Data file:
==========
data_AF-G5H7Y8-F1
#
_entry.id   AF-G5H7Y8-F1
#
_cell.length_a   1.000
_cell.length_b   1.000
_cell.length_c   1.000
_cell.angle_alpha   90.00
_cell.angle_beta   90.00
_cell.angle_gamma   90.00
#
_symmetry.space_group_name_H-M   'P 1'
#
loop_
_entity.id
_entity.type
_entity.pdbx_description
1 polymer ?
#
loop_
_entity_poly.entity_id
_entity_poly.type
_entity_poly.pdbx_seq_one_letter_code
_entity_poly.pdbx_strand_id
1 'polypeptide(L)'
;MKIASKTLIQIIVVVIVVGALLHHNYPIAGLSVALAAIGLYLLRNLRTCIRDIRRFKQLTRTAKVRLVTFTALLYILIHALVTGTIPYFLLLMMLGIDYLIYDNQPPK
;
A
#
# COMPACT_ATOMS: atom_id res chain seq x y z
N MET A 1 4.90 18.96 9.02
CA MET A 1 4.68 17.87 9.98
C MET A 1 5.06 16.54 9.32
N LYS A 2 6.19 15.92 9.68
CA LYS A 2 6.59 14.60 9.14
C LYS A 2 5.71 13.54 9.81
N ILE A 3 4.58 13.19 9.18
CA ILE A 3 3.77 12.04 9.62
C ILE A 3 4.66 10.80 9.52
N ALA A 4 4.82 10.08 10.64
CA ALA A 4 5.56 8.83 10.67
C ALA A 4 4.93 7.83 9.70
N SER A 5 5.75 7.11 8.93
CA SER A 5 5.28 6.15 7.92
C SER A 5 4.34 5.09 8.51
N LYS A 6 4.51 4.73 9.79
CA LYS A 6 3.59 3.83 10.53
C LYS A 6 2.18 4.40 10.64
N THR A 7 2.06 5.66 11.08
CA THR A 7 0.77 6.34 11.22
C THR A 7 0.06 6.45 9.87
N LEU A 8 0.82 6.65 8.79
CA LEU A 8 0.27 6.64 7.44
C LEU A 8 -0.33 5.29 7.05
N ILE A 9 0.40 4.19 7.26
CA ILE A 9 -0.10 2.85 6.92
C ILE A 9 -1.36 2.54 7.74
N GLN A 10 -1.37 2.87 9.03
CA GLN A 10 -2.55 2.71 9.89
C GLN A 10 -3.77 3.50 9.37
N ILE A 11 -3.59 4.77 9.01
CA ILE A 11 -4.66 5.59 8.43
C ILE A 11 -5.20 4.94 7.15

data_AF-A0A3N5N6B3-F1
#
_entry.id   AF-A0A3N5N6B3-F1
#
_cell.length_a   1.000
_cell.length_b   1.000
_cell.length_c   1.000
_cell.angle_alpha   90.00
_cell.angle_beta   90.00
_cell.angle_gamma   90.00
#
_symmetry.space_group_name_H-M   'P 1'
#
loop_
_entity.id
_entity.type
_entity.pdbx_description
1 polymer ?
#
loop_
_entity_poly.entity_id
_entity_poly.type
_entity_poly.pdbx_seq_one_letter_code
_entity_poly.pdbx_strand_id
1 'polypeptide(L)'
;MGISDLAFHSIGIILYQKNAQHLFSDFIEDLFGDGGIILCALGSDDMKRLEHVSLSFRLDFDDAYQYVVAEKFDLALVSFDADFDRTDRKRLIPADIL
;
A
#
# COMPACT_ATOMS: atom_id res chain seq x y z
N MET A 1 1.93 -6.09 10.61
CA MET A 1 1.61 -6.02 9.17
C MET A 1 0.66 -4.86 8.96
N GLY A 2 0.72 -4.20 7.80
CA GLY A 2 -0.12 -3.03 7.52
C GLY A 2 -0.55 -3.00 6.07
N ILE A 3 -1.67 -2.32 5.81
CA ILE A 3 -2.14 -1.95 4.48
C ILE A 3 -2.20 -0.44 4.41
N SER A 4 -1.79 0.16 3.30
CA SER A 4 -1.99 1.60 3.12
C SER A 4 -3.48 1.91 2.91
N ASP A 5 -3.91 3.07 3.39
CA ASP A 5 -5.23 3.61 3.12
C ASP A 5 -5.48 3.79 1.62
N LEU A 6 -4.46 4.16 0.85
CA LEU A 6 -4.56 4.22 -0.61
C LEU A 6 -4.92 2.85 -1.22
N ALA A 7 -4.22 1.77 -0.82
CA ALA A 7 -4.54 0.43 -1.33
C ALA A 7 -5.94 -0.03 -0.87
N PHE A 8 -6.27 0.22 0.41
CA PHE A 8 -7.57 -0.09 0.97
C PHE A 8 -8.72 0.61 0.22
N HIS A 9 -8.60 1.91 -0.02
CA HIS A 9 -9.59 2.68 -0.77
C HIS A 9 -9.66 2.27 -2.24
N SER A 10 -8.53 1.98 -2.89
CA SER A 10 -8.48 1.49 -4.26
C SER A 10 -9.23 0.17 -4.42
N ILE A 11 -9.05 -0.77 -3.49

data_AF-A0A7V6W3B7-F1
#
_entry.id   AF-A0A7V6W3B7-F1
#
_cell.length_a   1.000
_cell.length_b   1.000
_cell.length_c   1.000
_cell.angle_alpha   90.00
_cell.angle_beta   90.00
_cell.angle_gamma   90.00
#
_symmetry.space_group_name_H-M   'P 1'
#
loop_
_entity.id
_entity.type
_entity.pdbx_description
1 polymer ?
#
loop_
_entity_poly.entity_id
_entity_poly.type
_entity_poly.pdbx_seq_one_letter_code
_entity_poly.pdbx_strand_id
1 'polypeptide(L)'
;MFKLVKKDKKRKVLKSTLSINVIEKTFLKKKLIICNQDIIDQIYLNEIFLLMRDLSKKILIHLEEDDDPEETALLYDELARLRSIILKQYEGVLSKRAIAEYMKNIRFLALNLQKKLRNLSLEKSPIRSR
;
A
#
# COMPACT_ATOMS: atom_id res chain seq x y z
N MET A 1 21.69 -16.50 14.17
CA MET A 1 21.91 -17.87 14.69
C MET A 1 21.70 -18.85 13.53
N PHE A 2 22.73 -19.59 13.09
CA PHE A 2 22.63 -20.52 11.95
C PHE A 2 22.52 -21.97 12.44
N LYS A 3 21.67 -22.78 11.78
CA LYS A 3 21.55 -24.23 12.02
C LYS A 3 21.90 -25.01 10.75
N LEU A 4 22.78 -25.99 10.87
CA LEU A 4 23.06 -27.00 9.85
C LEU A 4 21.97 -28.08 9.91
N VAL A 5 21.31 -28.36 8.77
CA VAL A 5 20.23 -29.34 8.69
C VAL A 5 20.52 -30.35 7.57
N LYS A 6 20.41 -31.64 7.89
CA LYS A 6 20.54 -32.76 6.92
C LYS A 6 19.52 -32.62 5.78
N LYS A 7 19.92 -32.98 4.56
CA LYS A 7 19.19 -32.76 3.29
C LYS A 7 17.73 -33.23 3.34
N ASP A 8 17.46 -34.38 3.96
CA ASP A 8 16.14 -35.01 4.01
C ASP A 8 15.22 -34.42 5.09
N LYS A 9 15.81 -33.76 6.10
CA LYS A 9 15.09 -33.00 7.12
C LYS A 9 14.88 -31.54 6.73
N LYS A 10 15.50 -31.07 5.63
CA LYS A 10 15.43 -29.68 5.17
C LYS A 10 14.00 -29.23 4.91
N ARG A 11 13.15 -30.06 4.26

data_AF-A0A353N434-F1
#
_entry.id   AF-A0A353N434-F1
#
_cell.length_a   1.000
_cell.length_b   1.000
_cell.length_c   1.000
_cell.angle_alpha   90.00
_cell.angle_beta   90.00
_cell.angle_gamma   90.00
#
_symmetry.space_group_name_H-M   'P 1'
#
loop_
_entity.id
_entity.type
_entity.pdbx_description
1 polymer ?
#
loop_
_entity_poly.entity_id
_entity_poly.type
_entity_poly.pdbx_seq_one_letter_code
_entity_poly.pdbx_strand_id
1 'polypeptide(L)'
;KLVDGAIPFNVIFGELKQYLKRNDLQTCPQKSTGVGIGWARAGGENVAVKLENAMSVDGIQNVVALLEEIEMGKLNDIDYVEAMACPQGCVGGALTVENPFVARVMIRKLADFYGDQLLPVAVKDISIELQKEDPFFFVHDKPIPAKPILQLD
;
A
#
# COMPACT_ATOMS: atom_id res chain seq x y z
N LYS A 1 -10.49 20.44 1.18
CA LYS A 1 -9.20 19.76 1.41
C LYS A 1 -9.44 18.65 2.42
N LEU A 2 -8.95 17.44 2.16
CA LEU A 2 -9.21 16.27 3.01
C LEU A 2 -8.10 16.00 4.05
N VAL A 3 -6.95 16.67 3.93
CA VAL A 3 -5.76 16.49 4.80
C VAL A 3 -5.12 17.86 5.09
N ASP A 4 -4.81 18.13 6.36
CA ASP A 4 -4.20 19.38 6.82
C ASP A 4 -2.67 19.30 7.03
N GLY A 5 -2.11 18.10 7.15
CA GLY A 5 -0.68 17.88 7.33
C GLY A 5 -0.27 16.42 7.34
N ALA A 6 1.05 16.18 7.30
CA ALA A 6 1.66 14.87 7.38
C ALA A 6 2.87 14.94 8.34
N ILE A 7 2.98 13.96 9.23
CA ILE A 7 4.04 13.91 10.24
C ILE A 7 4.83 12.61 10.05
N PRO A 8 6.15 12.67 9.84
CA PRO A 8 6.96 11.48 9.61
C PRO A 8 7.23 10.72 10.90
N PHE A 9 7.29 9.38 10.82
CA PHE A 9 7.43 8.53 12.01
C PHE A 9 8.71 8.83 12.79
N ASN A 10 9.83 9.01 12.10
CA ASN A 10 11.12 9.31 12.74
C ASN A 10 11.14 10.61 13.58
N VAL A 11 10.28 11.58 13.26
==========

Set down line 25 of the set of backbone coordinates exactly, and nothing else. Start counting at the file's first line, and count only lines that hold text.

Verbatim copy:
1 'polypeptide(L)'